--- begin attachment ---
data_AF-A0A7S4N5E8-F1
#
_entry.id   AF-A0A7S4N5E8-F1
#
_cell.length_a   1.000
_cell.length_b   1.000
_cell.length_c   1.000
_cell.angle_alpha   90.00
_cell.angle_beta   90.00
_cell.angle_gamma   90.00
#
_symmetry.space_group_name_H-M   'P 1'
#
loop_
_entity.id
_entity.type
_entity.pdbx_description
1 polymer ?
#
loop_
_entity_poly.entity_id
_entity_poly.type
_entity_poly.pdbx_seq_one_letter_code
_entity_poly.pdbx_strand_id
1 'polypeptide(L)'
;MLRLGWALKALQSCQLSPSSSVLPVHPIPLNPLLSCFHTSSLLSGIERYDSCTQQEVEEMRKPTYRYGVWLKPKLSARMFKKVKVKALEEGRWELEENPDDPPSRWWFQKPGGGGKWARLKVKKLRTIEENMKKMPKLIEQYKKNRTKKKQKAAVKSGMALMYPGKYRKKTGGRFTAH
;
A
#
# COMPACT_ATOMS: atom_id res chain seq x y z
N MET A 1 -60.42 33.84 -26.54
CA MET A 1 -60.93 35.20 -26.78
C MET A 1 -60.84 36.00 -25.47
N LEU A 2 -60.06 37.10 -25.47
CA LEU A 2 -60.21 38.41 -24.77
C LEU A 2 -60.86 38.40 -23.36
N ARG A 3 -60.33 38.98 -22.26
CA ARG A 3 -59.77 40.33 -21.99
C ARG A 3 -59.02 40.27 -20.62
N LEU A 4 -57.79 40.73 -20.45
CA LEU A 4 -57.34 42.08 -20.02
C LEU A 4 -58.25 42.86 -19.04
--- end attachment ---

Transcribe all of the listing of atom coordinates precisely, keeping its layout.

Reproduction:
data_AF-A0A7S4N5E8-F1
#
_entry.id   AF-A0A7S4N5E8-F1
#
_cell.length_a   1.000
_cell.length_b   1.000
_cell.length_c   1.000
_cell.angle_alpha   90.00
_cell.angle_beta   90.00
_cell.angle_gamma   90.00
#
_symmetry.space_group_name_H-M   'P 1'
#
loop_
_entity.id
_entity.type
_entity.pdbx_description
1 polymer ?
#
loop_
_entity_poly.entity_id
_entity_poly.type
_entity_poly.pdbx_seq_one_letter_code
_entity_poly.pdbx_strand_id
1 'polypeptide(L)'
;MLRLGWALKALQSCQLSPSSSVLPVHPIPLNPLLSCFHTSSLLSGIERYDSCTQQEVEEMRKPTYRYGVWLKPKLSARMFKKVKVKALEEGRWELEENPDDPPSRWWFQKPGGGGKWARLKVKKLRTIEENMKKMPKLIEQYKKNRTKKKQKAAVKSGMALMYPGKYRKKTGGRFTAH
;
A
#
# COMPACT_ATOMS: atom_id res chain seq x y z
N MET A 1 -60.42 33.84 -26.54
CA MET A 1 -60.93 35.20 -26.78
C MET A 1 -60.84 36.00 -25.47
N LEU A 2 -60.06 37.10 -25.47
CA LEU A 2 -60.21 38.41 -24.77
C LEU A 2 -60.86 38.40 -23.36
N ARG A 3 -60.33 38.98 -22.26
CA ARG A 3 -59.77 40.33 -21.99
C ARG A 3 -59.02 40.27 -20.62
N LEU A 4 -57.79 40.73 -20.45
CA LEU A 4 -57.34 42.08 -20.02
C LEU A 4 -58.25 42.86 -19.04